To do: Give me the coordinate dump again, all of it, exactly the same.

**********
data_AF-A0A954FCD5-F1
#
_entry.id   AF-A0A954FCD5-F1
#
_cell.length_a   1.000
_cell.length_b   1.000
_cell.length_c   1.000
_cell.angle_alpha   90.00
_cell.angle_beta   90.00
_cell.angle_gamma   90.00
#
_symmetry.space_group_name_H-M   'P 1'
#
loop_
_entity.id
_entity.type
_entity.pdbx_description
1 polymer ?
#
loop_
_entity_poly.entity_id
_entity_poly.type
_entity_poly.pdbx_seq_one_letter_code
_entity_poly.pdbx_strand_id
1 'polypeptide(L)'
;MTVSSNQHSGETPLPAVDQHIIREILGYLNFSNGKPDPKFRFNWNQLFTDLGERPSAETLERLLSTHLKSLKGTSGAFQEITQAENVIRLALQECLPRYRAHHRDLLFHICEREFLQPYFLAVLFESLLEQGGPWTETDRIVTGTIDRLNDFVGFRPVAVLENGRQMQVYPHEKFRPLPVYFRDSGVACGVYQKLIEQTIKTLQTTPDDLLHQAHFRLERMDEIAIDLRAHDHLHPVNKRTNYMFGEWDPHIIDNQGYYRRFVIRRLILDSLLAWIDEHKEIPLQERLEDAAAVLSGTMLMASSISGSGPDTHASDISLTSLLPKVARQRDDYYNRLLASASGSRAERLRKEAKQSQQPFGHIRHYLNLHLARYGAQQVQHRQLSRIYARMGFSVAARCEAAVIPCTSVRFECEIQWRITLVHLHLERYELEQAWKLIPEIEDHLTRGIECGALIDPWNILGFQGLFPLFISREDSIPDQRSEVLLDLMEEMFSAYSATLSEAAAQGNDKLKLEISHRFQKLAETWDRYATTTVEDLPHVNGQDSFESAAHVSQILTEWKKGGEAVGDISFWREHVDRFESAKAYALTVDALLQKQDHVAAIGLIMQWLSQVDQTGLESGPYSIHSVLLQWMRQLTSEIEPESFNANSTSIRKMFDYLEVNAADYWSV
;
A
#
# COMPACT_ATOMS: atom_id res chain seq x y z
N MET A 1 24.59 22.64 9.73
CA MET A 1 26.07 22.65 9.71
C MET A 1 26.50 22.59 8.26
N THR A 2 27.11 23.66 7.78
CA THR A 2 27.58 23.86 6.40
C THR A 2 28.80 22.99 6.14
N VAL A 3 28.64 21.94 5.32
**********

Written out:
data_AF-A0A954FCD5-F1
#
_entry.id   AF-A0A954FCD5-F1
#
_cell.length_a   1.000
_cell.length_b   1.000
_cell.length_c   1.000
_cell.angle_alpha   90.00
_cell.angle_beta   90.00
_cell.angle_gamma   90.00
#
_symmetry.space_group_name_H-M   'P 1'
#
loop_
_entity.id
_entity.type
_entity.pdbx_description
1 polymer ?
#
loop_
_entity_poly.entity_id
_entity_poly.type
_entity_poly.pdbx_seq_one_letter_code
_entity_poly.pdbx_strand_id
1 'polypeptide(L)'
;MTVSSNQHSGETPLPAVDQHIIREILGYLNFSNGKPDPKFRFNWNQLFTDLGERPSAETLERLLSTHLKSLKGTSGAFQEITQAENVIRLALQECLPRYRAHHRDLLFHICEREFLQPYFLAVLFESLLEQGGPWTETDRIVTGTIDRLNDFVGFRPVAVLENGRQMQVYPHEKFRPLPVYFRDSGVACGVYQKLIEQTIKTLQTTPDDLLHQAHFRLERMDEIAIDLRAHDHLHPVNKRTNYMFGEWDPHIIDNQGYYRRFVIRRLILDSLLAWIDEHKEIPLQERLEDAAAVLSGTMLMASSISGSGPDTHASDISLTSLLPKVARQRDDYYNRLLASASGSRAERLRKEAKQSQQPFGHIRHYLNLHLARYGAQQVQHRQLSRIYARMGFSVAARCEAAVIPCTSVRFECEIQWRITLVHLHLERYELEQAWKLIPEIEDHLTRGIECGALIDPWNILGFQGLFPLFISREDSIPDQRSEVLLDLMEEMFSAYSATLSEAAAQGNDKLKLEISHRFQKLAETWDRYATTTVEDLPHVNGQDSFESAAHVSQILTEWKKGGEAVGDISFWREHVDRFESAKAYALTVDALLQKQDHVAAIGLIMQWLSQVDQTGLESGPYSIHSVLLQWMRQLTSEIEPESFNANSTSIRKMFDYLEVNAADYWSV
;
A
#
# COMPACT_ATOMS: atom_id res chain seq x y z
N MET A 1 24.59 22.64 9.73
CA MET A 1 26.07 22.65 9.71
C MET A 1 26.50 22.59 8.26
N THR A 2 27.11 23.66 7.78
CA THR A 2 27.58 23.86 6.40
C THR A 2 28.80 22.99 6.14
N VAL A 3 28.64 21.94 5.32